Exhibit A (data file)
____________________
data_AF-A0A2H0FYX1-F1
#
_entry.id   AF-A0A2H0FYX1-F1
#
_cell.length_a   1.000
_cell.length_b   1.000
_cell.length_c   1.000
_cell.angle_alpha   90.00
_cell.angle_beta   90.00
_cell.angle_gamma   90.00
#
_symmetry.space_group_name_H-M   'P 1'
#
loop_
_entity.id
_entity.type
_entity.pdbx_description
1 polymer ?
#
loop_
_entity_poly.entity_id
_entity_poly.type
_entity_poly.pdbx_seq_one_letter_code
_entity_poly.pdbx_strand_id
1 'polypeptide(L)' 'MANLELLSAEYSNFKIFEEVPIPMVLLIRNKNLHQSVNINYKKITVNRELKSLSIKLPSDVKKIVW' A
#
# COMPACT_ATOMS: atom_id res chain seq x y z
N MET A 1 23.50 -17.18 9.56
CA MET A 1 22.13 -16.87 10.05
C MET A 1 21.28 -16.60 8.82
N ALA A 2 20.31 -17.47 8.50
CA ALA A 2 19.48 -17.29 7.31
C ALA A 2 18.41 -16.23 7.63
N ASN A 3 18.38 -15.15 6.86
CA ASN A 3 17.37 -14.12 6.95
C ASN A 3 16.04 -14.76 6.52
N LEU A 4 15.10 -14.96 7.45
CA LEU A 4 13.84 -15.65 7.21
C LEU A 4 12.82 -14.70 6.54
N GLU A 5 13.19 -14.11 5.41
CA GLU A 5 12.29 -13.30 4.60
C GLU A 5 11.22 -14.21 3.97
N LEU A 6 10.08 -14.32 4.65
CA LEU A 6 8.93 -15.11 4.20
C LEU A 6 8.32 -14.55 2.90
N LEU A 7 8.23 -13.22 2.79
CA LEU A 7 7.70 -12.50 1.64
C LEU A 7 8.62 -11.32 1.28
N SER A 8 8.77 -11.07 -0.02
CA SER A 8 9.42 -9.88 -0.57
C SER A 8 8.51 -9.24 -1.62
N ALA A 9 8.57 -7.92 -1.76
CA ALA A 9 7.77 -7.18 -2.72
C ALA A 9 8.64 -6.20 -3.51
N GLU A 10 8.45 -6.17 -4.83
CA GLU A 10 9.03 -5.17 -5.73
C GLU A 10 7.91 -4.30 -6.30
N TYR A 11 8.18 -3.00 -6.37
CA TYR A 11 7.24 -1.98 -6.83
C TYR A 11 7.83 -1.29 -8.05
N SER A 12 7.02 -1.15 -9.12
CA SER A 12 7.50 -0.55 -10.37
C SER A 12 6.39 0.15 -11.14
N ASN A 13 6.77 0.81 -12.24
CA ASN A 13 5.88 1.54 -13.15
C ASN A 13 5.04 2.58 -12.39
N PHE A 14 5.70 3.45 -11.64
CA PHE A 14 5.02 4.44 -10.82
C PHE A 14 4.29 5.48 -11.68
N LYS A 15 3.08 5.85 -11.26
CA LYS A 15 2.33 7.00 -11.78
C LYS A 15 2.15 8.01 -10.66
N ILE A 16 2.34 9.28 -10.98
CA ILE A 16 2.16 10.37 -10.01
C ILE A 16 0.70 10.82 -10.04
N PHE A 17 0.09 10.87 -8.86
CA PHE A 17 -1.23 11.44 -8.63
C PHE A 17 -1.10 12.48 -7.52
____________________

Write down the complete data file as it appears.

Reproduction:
data_AF-A0A2H0FYX1-F1
#
_entry.id   AF-A0A2H0FYX1-F1
#
_cell.length_a   1.000
_cell.length_b   1.000
_cell.length_c   1.000
_cell.angle_alpha   90.00
_cell.angle_beta   90.00
_cell.angle_gamma   90.00
#
_symmetry.space_group_name_H-M   'P 1'
#
loop_
_entity.id
_entity.type
_entity.pdbx_description
1 polymer ?
#
loop_
_entity_poly.entity_id
_entity_poly.type
_entity_poly.pdbx_seq_one_letter_code
_entity_poly.pdbx_strand_id
1 'polypeptide(L)' 'MANLELLSAEYSNFKIFEEVPIPMVLLIRNKNLHQSVNINYKKITVNRELKSLSIKLPSDVKKIVW' A
#
# COMPACT_ATOMS: atom_id res chain seq x y z
N MET A 1 23.50 -17.18 9.56
CA MET A 1 22.13 -16.87 10.05
C MET A 1 21.28 -16.60 8.82
N ALA A 2 20.31 -17.47 8.50
CA ALA A 2 19.48 -17.29 7.31
C ALA A 2 18.41 -16.23 7.63
N ASN A 3 18.38 -15.15 6.86
CA ASN A 3 17.37 -14.12 6.95
C ASN A 3 16.04 -14.76 6.52
N LEU A 4 15.10 -14.96 7.45
CA LEU A 4 13.84 -15.65 7.21
C LEU A 4 12.82 -14.70 6.54
N GLU A 5 13.19 -14.11 5.41
CA GLU A 5 12.29 -13.30 4.60
C GLU A 5 11.22 -14.21 3.97
N LEU A 6 10.08 -14.32 4.65
CA LEU A 6 8.93 -15.11 4.20
C LEU A 6 8.32 -14.55 2.90
N LEU A 7 8.23 -13.22 2.79
CA LEU A 7 7.70 -12.50 1.64
C LEU A 7 8.62 -11.32 1.28
N SER A 8 8.77 -11.07 -0.02
CA SER A 8 9.42 -9.88 -0.57
C SER A 8 8.51 -9.24 -1.62
N ALA A 9 8.57 -7.92 -1.76
CA ALA A 9 7.77 -7.18 -2.72
C ALA A 9 8.64 -6.20 -3.51
N GLU A 10 8.45 -6.17 -4.83
CA GLU A 10 9.03 -5.17 -5.73
C GLU A 10 7.91 -4.30 -6.30
N TYR A 11 8.18 -3.00 -6.37
CA TYR A 11 7.24 -1.98 -6.83
C TYR A 11 7.83 -1.29 -8.05
N SER A 12 7.02 -1.15 -9.12
CA SER A 12 7.50 -0.55 -10.37
C SER A 12 6.39 0.15 -11.14
N ASN A 13 6.77 0.81 -12.24
CA ASN A 13 5.88 1.54 -13.15
C ASN A 13 5.04 2.58 -12.39
N PHE A 14 5.70 3.45 -11.64
CA PHE A 14 5.02 4.44 -10.82
C PHE A 14 4.29 5.48 -11.68
N LYS A 15 3.08 5.85 -11.26
CA LYS A 15 2.33 7.00 -11.78
C LYS A 15 2.15 8.01 -10.66
N ILE A 16 2.34 9.28 -10.98
CA ILE A 16 2.16 10.37 -10.01
C ILE A 16 0.70 10.82 -10.04
N PHE A 17 0.09 10.87 -8.86
CA PHE A 17 -1.23 11.44 -8.63
C PHE A 17 -1.10 12.48 -7.52